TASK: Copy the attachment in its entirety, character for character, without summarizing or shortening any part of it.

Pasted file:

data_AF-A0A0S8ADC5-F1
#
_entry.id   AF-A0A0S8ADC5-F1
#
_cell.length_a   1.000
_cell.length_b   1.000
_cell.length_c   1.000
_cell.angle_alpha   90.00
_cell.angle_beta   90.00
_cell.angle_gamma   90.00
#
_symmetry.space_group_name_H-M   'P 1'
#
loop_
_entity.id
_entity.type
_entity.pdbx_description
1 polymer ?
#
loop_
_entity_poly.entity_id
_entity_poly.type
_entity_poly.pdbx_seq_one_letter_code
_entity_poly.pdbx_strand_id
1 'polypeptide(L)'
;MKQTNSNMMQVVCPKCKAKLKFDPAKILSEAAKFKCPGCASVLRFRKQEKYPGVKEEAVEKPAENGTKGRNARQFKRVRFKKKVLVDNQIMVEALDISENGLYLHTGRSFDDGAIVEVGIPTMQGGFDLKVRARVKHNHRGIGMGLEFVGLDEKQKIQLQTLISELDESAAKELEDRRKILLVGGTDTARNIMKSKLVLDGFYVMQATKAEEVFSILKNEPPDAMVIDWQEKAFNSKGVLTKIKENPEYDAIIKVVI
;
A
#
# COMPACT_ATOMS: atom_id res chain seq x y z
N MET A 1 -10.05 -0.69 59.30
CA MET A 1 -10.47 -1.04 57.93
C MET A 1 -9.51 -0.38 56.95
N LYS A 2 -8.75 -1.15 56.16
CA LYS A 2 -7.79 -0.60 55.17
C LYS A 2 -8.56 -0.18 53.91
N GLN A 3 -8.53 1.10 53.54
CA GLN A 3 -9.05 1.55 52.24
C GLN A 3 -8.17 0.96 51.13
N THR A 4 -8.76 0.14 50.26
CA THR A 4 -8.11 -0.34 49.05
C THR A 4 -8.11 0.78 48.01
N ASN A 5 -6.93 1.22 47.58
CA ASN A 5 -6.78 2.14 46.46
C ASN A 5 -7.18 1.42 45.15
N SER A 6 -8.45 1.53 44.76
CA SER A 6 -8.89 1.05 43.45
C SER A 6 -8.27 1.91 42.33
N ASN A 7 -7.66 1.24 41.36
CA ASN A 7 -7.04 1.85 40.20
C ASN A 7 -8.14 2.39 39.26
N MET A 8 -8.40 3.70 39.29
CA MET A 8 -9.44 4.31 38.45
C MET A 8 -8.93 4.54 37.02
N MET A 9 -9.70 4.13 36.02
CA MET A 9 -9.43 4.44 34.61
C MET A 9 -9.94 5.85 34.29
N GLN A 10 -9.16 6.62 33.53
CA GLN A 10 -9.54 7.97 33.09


data_AF-A0A0S8ADC5-F1
#
_entry.id   AF-A0A0S8ADC5-F1
#
_cell.length_a   1.000
_cell.length_b   1.000
_cell.length_c   1.000
_cell.angle_alpha   90.00
_cell.angle_beta   90.00
_cell.angle_gamma   90.00
#
_symmetry.space_group_name_H-M   'P 1'
#
loop_
_entity.id
_entity.type
_entity.pdbx_description
1 polymer ?
#
loop_
_entity_poly.entity_id
_entity_poly.type
_entity_poly.pdbx_seq_one_letter_code
_entity_poly.pdbx_strand_id
1 'polypeptide(L)'
;MKQTNSNMMQVVCPKCKAKLKFDPAKILSEAAKFKCPGCASVLRFRKQEKYPGVKEEAVEKPAENGTKGRNARQFKRVRFKKKVLVDNQIMVEALDISENGLYLHTGRSFDDGAIVEVGIPTMQGGFDLKVRARVKHNHRGIGMGLEFVGLDEKQKIQLQTLISELDESAAKELEDRRKILLVGGTDTARNIMKSKLVLDGFYVMQATKAEEVFSILKNEPPDAMVIDWQEKAFNSKGVLTKIKENPEYDAIIKVVI
;
A
#
# COMPACT_ATOMS: atom_id res chain seq x y z
N MET A 1 -10.05 -0.69 59.30
CA MET A 1 -10.47 -1.04 57.93
C MET A 1 -9.51 -0.38 56.95
N LYS A 2 -8.75 -1.15 56.16
CA LYS A 2 -7.79 -0.60 55.17
C LYS A 2 -8.56 -0.18 53.91
N GLN A 3 -8.53 1.10 53.54
CA GLN A 3 -9.05 1.55 52.24
C GLN A 3 -8.17 0.96 51.13
N THR A 4 -8.76 0.14 50.26
CA THR A 4 -8.11 -0.34 49.05
C THR A 4 -8.11 0.78 48.01
N ASN A 5 -6.93 1.22 47.58
CA ASN A 5 -6.78 2.14 46.46
C ASN A 5 -7.18 1.42 45.15
N SER A 6 -8.45 1.53 44.76
CA SER A 6 -8.89 1.05 43.45
C SER A 6 -8.27 1.91 42.33
N ASN A 7 -7.66 1.24 41.36
CA ASN A 7 -7.04 1.85 40.20
C ASN A 7 -8.14 2.39 39.26
N MET A 8 -8.40 3.70 39.29
CA MET A 8 -9.44 4.31 38.45
C MET A 8 -8.93 4.54 37.02
N MET A 9 -9.70 4.13 36.02
CA MET A 9 -9.43 4.44 34.61
C MET A 9 -9.94 5.85 34.29
N GLN A 10 -9.16 6.62 33.53
CA GLN A 10 -9.54 7.97 33.09